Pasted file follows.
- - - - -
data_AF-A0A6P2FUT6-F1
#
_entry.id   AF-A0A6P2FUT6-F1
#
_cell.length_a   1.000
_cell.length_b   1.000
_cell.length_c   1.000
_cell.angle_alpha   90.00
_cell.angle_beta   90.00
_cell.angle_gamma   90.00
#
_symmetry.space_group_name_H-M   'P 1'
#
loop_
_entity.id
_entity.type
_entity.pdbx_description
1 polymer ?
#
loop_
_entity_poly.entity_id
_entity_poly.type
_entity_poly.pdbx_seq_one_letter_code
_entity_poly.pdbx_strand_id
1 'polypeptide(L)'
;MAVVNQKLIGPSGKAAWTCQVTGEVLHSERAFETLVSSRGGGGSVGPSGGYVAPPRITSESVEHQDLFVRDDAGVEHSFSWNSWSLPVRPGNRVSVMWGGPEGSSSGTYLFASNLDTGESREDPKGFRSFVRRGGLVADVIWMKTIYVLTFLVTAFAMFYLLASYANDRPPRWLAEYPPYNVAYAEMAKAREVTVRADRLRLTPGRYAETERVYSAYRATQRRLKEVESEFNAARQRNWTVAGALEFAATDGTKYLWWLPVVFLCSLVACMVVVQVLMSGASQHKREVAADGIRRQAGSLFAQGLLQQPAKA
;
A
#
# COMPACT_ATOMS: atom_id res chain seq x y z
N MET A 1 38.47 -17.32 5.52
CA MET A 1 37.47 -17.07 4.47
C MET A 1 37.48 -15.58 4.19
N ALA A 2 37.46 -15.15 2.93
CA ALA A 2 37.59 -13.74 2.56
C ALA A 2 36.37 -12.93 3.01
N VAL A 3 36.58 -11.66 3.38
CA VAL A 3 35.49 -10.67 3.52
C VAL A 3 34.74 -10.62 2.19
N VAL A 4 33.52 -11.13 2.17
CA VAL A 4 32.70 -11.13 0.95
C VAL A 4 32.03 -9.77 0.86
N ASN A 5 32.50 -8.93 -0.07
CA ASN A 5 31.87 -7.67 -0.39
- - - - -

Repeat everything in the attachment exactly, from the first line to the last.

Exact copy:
data_AF-A0A6P2FUT6-F1
#
_entry.id   AF-A0A6P2FUT6-F1
#
_cell.length_a   1.000
_cell.length_b   1.000
_cell.length_c   1.000
_cell.angle_alpha   90.00
_cell.angle_beta   90.00
_cell.angle_gamma   90.00
#
_symmetry.space_group_name_H-M   'P 1'
#
loop_
_entity.id
_entity.type
_entity.pdbx_description
1 polymer ?
#
loop_
_entity_poly.entity_id
_entity_poly.type
_entity_poly.pdbx_seq_one_letter_code
_entity_poly.pdbx_strand_id
1 'polypeptide(L)'
;MAVVNQKLIGPSGKAAWTCQVTGEVLHSERAFETLVSSRGGGGSVGPSGGYVAPPRITSESVEHQDLFVRDDAGVEHSFSWNSWSLPVRPGNRVSVMWGGPEGSSSGTYLFASNLDTGESREDPKGFRSFVRRGGLVADVIWMKTIYVLTFLVTAFAMFYLLASYANDRPPRWLAEYPPYNVAYAEMAKAREVTVRADRLRLTPGRYAETERVYSAYRATQRRLKEVESEFNAARQRNWTVAGALEFAATDGTKYLWWLPVVFLCSLVACMVVVQVLMSGASQHKREVAADGIRRQAGSLFAQGLLQQPAKA
;
A
#
# COMPACT_ATOMS: atom_id res chain seq x y z
N MET A 1 38.47 -17.32 5.52
CA MET A 1 37.47 -17.07 4.47
C MET A 1 37.48 -15.58 4.19
N ALA A 2 37.46 -15.15 2.93
CA ALA A 2 37.59 -13.74 2.56
C ALA A 2 36.37 -12.93 3.01
N VAL A 3 36.58 -11.66 3.38
CA VAL A 3 35.49 -10.67 3.52
C VAL A 3 34.74 -10.62 2.19
N VAL A 4 33.52 -11.13 2.17
CA VAL A 4 32.70 -11.13 0.95
C VAL A 4 32.03 -9.77 0.86
N ASN A 5 32.50 -8.93 -0.07
CA ASN A 5 31.87 -7.67 -0.39